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Complementary/Integrative Therapies

Complementary/Alternative versus Prescription Medications

Author:

J. Gordon Millichap

Division of Neurology, Ann & Robert H. Lurie Children's Hospital of Chicago, Chicago, IL; Departments of Pediatrics and Neurology, Northwestern University Feinberg School of Medicine, Chicago, ILNone
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Abstract

Investigators from the Mayo Clinic, Rochester MN, determined the use of complementary and alternative medicine (CAM) in an outpatient pediatric neurology clinic, and assessed family attitudes toward the efficacy of CAM versus prescription medications.
How to Cite: Millichap, J.G., 2016. Complementary/Alternative versus Prescription Medications. Pediatric Neurology Briefs, 29(12), pp.94–94. DOI: http://doi.org/10.15844/pedneurbriefs-29-12-5
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  Published on 19 Jan 2016
 Accepted on 17 Jan 2016            Submitted on 12 Jan 2016

Investigators from the Mayo Clinic, Rochester MN, determined the use of complementary and alternative medicine (CAM) in an outpatient pediatric neurology clinic, and assessed family attitudes toward the efficacy of CAM versus prescription medications. Questionnaires distributed to 500 consecutive patients alluded to the child's diagnosis, use of CAM, efficacy of CAM and the prescription medication. Of 484 surveys returned, 327 were usable. Only 17.4% admitted initially to the use of CAM to treat neurological problems. At follow-up, 41.6% of patients understood that they used CAM. Disorders treated with a significant increased prevalence of CAM included headache (50.8% with headache used CAM vs 35.7% without headache, p=0.008), chronic fatigue (63.2% vs 38.8%, p=0.005), and sleep disorders (77.1% vs 37.3%, p<0001). Epilepsy was among disorders least likely to be treated with CAM (107/327, 32.7%), Melatonin was the most widely used CAM, followed by probiotics. Gluten-free diet was among the top 10 popular modalities. Only 38.5% of CAM using patients recognize that they are taking CAM, a finding that demonstrates the need to inquire in depth about use of CAM. Patients less satisfied with their prescription medications are more likely to use CAM, reflecting the less tractable nature of their disorders. Few families (4.9%) managed to treat solely with CAM. [1]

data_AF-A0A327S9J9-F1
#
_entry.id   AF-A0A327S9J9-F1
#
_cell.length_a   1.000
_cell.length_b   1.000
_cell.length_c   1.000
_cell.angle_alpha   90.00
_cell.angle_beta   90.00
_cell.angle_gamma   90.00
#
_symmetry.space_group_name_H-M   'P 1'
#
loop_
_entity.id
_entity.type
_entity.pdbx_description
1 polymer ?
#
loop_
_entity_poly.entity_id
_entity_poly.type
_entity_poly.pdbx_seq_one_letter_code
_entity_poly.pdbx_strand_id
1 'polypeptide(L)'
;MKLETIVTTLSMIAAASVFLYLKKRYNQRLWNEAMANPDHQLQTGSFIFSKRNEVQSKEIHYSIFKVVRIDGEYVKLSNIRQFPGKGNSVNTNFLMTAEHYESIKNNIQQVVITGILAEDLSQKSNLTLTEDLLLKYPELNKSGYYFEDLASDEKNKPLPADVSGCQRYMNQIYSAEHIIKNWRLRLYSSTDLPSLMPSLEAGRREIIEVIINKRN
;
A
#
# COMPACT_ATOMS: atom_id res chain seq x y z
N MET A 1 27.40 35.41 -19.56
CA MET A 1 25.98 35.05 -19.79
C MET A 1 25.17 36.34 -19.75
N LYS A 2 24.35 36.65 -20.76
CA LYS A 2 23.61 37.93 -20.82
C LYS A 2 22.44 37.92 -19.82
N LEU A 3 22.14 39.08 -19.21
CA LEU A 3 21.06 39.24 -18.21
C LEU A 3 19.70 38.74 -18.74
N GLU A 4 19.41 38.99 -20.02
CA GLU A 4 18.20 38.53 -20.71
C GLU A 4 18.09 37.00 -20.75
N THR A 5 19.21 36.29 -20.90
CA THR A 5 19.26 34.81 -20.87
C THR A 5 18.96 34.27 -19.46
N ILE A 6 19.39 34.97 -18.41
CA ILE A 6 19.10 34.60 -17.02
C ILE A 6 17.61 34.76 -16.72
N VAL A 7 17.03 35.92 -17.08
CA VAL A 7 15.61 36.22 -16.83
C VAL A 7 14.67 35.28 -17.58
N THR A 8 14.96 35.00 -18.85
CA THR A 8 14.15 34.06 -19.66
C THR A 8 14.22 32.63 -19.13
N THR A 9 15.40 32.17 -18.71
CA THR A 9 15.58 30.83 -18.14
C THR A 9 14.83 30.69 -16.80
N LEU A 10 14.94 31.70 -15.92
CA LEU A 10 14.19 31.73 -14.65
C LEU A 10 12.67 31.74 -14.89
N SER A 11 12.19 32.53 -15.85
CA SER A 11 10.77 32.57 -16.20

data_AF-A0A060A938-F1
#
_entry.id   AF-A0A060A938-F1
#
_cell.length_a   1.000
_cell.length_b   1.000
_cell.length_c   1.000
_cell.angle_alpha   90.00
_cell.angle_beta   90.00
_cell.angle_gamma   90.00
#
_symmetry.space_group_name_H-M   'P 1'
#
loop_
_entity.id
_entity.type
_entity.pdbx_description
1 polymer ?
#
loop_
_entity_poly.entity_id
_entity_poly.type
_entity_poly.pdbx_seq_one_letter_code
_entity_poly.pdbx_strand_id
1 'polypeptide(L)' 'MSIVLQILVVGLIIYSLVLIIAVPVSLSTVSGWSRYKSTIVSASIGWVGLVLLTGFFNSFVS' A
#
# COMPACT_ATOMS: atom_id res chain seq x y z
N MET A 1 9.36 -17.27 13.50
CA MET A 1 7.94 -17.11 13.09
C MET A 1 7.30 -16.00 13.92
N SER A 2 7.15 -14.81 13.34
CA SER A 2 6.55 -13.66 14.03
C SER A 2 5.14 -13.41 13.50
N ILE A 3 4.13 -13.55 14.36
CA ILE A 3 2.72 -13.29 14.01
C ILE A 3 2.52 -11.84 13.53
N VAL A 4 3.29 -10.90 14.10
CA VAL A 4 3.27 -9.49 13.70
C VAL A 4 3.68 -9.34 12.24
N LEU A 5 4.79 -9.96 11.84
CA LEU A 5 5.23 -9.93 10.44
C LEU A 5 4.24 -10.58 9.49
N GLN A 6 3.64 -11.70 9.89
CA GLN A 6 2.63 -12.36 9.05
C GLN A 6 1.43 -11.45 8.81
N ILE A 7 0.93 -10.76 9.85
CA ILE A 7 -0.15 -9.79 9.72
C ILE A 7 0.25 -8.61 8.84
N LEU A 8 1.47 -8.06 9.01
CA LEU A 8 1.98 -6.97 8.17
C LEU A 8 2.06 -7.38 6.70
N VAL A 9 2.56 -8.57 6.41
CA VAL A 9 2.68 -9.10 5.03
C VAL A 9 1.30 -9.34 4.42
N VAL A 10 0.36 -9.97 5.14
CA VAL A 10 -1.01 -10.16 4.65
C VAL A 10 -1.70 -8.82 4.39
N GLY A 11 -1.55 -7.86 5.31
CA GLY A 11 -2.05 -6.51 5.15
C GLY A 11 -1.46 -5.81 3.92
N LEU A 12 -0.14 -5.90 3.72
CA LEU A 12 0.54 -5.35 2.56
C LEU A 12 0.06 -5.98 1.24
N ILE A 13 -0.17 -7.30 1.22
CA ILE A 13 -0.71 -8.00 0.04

COMMENTARY. The Mayo Clinic, renown for its allopathic medicine, must be congratulated on a detailed study of the prevalence of use and perceived efficacy of complementary and alternative medicine (CAM). The list of 56 commonly used CAM modalities showing their frequency of use is particularly of interest and emphasizes the popularity of melatonin, probiotics, music therapy, and omega 3 among parents of patients in this particular clinic. While different communities may demonstrate different patterns of use of CAM, the educational level did not affect the use of CAM in this community. Most pediatric CAM use is not discussed with patients, despite the interest frequently shown by parents [2]. The authors note that patients are less likely to report the use of CAM unless asked about specific modalities. Making the Mayo Clinic list of commonly used CAM modalities available to patients should facilitate the physician-parent discussion and lead to a better understanding of the indications and need for evaluation of this form of therapy. For headache, the most frequently treated disorder using CAM, long-term prophylactic drug therapy is appropriate only after exclusion of headache precipitating trigger factors, including dietary factors [3].

Disclosures

The author has declared that no competing interests exist.

References

  1. Kenney, D, Jenkins, S, Youssef, P and Kotagal, S (2015). Patient use of complementary and alternative medicines in an outpatient pediatric neurology clinic. Pediatr Neurol, Jan 11 2015 Epub ahead of print.DOI: https://doi.org/10.1016/j.pediatrneurol.2015.11.003 

  2. Doering, JH, Reuner, G, Kadish, NE, Pietz, J and Schubert-Bast, S (2013). Pattern and predictors of complementary and alternative medicine (CAM) use among pediatric patients with epilepsy. Epilepsy Behav Oct 201329(1): 41–46, DOI: https://doi.org/10.1016/j.yebeh.2013.06.025 [PubMed]  

  3. Millichap, JG and Yee, MM (2003). The diet factor in pediatric and adolescent migraine. Pediatr Neurol Jan 200328(1): 9–15, DOI: https://doi.org/10.1016/S0887-8994(02)00466-6 [PubMed]  


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